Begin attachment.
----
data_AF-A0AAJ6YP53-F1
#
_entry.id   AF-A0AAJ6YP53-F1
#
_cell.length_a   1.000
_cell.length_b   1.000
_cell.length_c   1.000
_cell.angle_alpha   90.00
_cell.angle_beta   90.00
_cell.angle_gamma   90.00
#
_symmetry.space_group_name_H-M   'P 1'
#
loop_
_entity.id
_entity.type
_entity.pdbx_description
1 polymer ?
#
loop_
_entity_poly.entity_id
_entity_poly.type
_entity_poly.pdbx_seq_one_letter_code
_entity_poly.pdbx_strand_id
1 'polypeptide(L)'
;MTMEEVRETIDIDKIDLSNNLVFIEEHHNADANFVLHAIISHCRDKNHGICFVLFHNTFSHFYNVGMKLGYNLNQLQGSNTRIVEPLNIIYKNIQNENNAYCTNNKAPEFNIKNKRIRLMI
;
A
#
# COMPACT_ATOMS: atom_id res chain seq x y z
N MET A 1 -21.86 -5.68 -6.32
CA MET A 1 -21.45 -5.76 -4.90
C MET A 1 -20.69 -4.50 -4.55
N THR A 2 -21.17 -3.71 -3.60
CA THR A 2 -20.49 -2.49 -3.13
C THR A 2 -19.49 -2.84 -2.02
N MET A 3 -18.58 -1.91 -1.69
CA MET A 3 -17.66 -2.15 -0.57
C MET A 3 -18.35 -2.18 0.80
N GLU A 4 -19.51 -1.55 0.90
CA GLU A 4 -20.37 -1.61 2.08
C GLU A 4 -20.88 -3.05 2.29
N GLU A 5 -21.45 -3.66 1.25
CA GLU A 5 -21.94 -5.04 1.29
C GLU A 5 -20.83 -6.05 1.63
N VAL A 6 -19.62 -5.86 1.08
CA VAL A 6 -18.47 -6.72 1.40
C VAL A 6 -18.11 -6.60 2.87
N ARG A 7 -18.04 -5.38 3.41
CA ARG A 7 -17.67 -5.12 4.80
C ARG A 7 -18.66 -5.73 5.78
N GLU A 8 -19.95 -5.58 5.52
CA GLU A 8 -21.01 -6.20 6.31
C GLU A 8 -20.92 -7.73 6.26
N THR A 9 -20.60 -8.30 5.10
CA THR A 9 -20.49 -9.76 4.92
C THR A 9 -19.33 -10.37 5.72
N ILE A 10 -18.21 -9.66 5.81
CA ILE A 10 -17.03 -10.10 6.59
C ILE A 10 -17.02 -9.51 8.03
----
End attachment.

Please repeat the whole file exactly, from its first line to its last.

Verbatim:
data_AF-A0AAJ6YP53-F1
#
_entry.id   AF-A0AAJ6YP53-F1
#
_cell.length_a   1.000
_cell.length_b   1.000
_cell.length_c   1.000
_cell.angle_alpha   90.00
_cell.angle_beta   90.00
_cell.angle_gamma   90.00
#
_symmetry.space_group_name_H-M   'P 1'
#
loop_
_entity.id
_entity.type
_entity.pdbx_description
1 polymer ?
#
loop_
_entity_poly.entity_id
_entity_poly.type
_entity_poly.pdbx_seq_one_letter_code
_entity_poly.pdbx_strand_id
1 'polypeptide(L)'
;MTMEEVRETIDIDKIDLSNNLVFIEEHHNADANFVLHAIISHCRDKNHGICFVLFHNTFSHFYNVGMKLGYNLNQLQGSNTRIVEPLNIIYKNIQNENNAYCTNNKAPEFNIKNKRIRLMI
;
A
#
# COMPACT_ATOMS: atom_id res chain seq x y z
N MET A 1 -21.86 -5.68 -6.32
CA MET A 1 -21.45 -5.76 -4.90
C MET A 1 -20.69 -4.50 -4.55
N THR A 2 -21.17 -3.71 -3.60
CA THR A 2 -20.49 -2.49 -3.13
C THR A 2 -19.49 -2.84 -2.02
N MET A 3 -18.58 -1.91 -1.69
CA MET A 3 -17.66 -2.15 -0.57
C MET A 3 -18.35 -2.18 0.80
N GLU A 4 -19.51 -1.55 0.90
CA GLU A 4 -20.37 -1.61 2.08
C GLU A 4 -20.88 -3.05 2.29
N GLU A 5 -21.45 -3.66 1.25
CA GLU A 5 -21.94 -5.04 1.29
C GLU A 5 -20.83 -6.05 1.63
N VAL A 6 -19.62 -5.86 1.08
CA VAL A 6 -18.47 -6.72 1.40
C VAL A 6 -18.11 -6.60 2.87
N ARG A 7 -18.04 -5.38 3.41
CA ARG A 7 -17.67 -5.12 4.80
C ARG A 7 -18.66 -5.73 5.78
N GLU A 8 -19.95 -5.58 5.52
CA GLU A 8 -21.01 -6.20 6.31
C GLU A 8 -20.92 -7.73 6.26
N THR A 9 -20.60 -8.30 5.10
CA THR A 9 -20.49 -9.76 4.92
C THR A 9 -19.33 -10.37 5.72
N ILE A 10 -18.21 -9.66 5.81
CA ILE A 10 -17.03 -10.10 6.59
C ILE A 10 -17.02 -9.51 8.03